February is Heart Health Month

February 19, 2013

If I asked you to list five health conditions associated with obesity, you could probably give me 10 or 15. The media has done a pretty good job educating Americans about the risks of carrying too many extra pounds, but since February is Heart Health Month, let’s take a closer look at the connection between being oID-10069051verweight and cardiovascular disease.

Heart disease is the leading cause of death in the U.S. for both men and women, contributing to one in four fatalities. Some of the conditions related to heart disease include heart attacks, strokes, angina, arrhythmia and coronary artery disease. The annual combined costs of medical treatment, medication and lost productivity is $312.6 billion. The cost in terms of loss of quality of life and death cannot be calculated in dollars and cents.

When a person carries too much weight, the cardiovascular system is compromised due to high cholesterol levels, poor blood circulation, unstable fluid levels, raised blood pressure, sleep apnea and other complications. All of these factors increase the odds of suffering a stroke or heart attack.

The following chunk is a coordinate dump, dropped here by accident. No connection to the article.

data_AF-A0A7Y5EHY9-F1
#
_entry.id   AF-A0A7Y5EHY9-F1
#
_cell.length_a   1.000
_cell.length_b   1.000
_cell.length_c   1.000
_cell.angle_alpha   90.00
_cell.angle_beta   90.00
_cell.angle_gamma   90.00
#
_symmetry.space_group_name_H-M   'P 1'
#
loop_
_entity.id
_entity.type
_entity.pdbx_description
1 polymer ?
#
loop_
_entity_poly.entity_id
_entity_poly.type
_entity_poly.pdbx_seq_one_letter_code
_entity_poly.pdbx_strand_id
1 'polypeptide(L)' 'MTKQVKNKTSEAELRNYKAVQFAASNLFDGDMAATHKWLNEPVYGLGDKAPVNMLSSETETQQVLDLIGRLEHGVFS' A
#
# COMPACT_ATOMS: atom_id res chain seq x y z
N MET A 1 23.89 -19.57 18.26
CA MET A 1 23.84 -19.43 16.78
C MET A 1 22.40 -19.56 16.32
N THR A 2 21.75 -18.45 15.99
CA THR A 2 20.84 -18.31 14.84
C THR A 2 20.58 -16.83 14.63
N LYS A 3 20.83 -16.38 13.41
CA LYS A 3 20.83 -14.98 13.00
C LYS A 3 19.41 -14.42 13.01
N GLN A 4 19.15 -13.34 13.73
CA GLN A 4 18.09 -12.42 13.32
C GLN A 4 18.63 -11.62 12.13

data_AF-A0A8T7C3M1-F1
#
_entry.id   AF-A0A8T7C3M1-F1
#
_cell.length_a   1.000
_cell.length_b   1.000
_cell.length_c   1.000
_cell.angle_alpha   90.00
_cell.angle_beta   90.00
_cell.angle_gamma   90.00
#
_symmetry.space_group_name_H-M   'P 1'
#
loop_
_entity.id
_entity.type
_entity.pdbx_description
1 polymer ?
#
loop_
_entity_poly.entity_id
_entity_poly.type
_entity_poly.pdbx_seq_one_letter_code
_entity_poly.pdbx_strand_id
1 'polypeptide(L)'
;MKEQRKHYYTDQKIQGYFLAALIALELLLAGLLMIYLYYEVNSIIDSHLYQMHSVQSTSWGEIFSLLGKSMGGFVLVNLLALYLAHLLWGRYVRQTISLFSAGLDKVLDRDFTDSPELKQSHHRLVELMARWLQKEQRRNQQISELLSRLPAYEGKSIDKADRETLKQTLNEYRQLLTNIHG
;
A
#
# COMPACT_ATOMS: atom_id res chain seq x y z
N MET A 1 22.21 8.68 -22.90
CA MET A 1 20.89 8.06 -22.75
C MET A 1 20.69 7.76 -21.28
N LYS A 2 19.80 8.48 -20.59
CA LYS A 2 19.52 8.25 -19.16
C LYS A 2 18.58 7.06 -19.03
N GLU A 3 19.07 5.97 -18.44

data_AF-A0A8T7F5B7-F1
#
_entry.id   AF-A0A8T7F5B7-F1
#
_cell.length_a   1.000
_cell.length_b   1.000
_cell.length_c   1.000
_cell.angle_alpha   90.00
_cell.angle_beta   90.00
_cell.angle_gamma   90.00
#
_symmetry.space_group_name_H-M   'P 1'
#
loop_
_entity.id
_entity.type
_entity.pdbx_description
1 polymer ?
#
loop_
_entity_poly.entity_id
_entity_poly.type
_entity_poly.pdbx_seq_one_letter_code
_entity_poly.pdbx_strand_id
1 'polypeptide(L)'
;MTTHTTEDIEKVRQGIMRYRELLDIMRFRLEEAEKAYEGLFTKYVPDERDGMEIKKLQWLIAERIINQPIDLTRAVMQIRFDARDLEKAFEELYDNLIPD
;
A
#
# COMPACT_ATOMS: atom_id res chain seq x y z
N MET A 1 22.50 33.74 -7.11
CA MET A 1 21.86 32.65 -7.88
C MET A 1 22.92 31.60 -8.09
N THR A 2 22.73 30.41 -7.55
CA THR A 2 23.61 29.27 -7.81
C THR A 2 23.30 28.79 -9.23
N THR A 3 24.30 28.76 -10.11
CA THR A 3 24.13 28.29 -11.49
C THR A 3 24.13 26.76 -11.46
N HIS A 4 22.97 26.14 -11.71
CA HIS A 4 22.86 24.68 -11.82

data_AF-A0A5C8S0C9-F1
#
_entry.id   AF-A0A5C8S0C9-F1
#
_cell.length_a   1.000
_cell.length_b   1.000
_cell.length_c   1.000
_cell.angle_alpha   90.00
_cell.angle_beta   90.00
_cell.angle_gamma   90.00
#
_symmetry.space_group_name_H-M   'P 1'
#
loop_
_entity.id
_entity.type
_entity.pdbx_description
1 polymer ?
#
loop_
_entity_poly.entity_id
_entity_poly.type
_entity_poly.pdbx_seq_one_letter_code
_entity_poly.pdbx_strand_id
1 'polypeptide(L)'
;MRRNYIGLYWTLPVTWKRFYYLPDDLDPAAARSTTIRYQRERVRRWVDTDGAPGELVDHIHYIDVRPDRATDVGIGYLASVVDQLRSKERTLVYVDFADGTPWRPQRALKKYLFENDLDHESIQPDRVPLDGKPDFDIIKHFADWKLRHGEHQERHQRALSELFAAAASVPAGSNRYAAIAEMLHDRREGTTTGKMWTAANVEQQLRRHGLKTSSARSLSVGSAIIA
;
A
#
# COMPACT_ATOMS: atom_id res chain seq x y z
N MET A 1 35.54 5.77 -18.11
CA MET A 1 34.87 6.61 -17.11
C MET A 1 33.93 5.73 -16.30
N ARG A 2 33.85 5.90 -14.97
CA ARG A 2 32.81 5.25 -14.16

The bad news is that most of the causes of heart disease are related to personal choices such as smoking, diet, physical activity and stress. However, that is also the good news because it means you can reduce your risk by swapping unhealthy habits for a heart-healthy lifestyle. Here are some suggestions to get you started:

  • Eat a balanced diet of lean protein, whole grains, fruit and vegetables
  • Avoid processed, fried and sugary foods
  • Walk for 15-30 minutes every day
  • Reduce/manage stress
  • Limit alcohol consumption
  • Stop smoking
  • Lose excess weight
  • Manage cardiovascular risks such as high blood pressure or diabetes with help from a physician

Find more tips at 28 Days to a Healthier Heart

Are you at risk? Complete the American Heart Association’s free Heart Attack Risk Calculator to evaluate your heart health.


American Heart Association

Centers for Disease Control and Prevention

Image courtesy of Vichaya Kiatying-Angsulee / FreeDigitalPhotos.net


One Response to “February is Heart Health Month”

  1. C J Walsh Says:

    A book by Dr. Stephen Sinatra called THE GREAT CHOLESTEROL MYTH, emphasizes the real culprit to heart disease is NOT cholesterol but sugar. Sugar causes inflammation, the main contributor to cardiac disease. The challenge is to find processed foods that do not contain sugar, under any of the 55 names it goes by. Eat real whole foods to avoid all but natural sugars. And don’t get fooled by shakes and bars that say HEALTHY–they do contain significant sugars!
    Good info from One LB at a Time!

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